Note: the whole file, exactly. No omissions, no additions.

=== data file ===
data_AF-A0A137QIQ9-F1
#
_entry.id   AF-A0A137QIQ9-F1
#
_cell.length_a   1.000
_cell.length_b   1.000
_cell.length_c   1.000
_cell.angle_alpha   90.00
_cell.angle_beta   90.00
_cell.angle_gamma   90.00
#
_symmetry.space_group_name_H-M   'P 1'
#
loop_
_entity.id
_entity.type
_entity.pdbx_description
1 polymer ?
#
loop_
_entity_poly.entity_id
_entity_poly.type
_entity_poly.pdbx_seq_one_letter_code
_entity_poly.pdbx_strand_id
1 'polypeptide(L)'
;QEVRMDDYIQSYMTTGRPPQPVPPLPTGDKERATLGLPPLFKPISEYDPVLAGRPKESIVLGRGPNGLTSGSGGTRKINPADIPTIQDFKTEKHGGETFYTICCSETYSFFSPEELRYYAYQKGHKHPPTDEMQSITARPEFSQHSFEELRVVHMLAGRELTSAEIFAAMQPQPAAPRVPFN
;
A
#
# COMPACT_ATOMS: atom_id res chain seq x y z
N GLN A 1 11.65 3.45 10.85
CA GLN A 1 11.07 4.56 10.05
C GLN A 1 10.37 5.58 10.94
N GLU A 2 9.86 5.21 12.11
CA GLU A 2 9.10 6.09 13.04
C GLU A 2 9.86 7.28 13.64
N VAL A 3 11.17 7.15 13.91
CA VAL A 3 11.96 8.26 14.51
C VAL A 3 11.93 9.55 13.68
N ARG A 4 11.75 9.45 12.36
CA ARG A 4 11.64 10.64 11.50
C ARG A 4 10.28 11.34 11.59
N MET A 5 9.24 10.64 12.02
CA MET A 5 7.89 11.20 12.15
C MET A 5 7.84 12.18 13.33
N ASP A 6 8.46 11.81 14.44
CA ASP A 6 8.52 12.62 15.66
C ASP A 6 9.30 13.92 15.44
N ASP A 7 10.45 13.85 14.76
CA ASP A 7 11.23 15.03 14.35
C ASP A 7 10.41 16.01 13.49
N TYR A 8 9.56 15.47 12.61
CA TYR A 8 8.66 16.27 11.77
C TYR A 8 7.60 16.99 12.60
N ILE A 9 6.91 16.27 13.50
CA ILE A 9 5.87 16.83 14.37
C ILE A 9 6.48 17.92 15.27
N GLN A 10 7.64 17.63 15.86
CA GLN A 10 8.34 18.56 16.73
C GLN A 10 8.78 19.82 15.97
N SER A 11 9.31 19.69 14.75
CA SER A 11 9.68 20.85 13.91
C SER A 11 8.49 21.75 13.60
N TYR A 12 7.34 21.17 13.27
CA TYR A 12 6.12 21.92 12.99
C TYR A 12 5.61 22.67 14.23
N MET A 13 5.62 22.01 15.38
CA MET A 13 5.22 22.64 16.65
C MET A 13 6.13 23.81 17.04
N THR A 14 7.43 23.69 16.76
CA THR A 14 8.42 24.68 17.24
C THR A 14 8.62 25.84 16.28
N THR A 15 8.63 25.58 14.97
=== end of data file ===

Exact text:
data_AF-A0A137QIQ9-F1
#
_entry.id   AF-A0A137QIQ9-F1
#
_cell.length_a   1.000
_cell.length_b   1.000
_cell.length_c   1.000
_cell.angle_alpha   90.00
_cell.angle_beta   90.00
_cell.angle_gamma   90.00
#
_symmetry.space_group_name_H-M   'P 1'
#
loop_
_entity.id
_entity.type
_entity.pdbx_description
1 polymer ?
#
loop_
_entity_poly.entity_id
_entity_poly.type
_entity_poly.pdbx_seq_one_letter_code
_entity_poly.pdbx_strand_id
1 'polypeptide(L)'
;QEVRMDDYIQSYMTTGRPPQPVPPLPTGDKERATLGLPPLFKPISEYDPVLAGRPKESIVLGRGPNGLTSGSGGTRKINPADIPTIQDFKTEKHGGETFYTICCSETYSFFSPEELRYYAYQKGHKHPPTDEMQSITARPEFSQHSFEELRVVHMLAGRELTSAEIFAAMQPQPAAPRVPFN
;
A
#
# COMPACT_ATOMS: atom_id res chain seq x y z
N GLN A 1 11.65 3.45 10.85
CA GLN A 1 11.07 4.56 10.05
C GLN A 1 10.37 5.58 10.94
N GLU A 2 9.86 5.21 12.11
CA GLU A 2 9.10 6.09 13.04
C GLU A 2 9.86 7.28 13.64
N VAL A 3 11.17 7.15 13.91
CA VAL A 3 11.96 8.26 14.51
C VAL A 3 11.93 9.55 13.68
N ARG A 4 11.75 9.45 12.36
CA ARG A 4 11.64 10.64 11.50
C ARG A 4 10.28 11.34 11.59
N MET A 5 9.24 10.64 12.02
CA MET A 5 7.89 11.20 12.15
C MET A 5 7.84 12.18 13.33
N ASP A 6 8.46 11.81 14.44
CA ASP A 6 8.52 12.62 15.66
C ASP A 6 9.30 13.92 15.44
N ASP A 7 10.45 13.85 14.76
CA ASP A 7 11.23 15.03 14.35
C ASP A 7 10.41 16.01 13.49
N TYR A 8 9.56 15.47 12.61
CA TYR A 8 8.66 16.27 11.77
C TYR A 8 7.60 16.99 12.60
N ILE A 9 6.91 16.27 13.50
CA ILE A 9 5.87 16.83 14.37
C ILE A 9 6.48 17.92 15.27
N GLN A 10 7.64 17.63 15.86
CA GLN A 10 8.34 18.56 16.73
C GLN A 10 8.78 19.82 15.97
N SER A 11 9.31 19.69 14.75
CA SER A 11 9.68 20.85 13.91
C SER A 11 8.49 21.75 13.60
N TYR A 12 7.34 21.17 13.27
CA TYR A 12 6.12 21.92 12.99
C TYR A 12 5.61 22.67 14.23
N MET A 13 5.62 22.01 15.38
CA MET A 13 5.22 22.64 16.65
C MET A 13 6.13 23.81 17.04
N THR A 14 7.43 23.69 16.76
CA THR A 14 8.42 24.68 17.24
C THR A 14 8.62 25.84 16.28
N THR A 15 8.63 25.58 14.97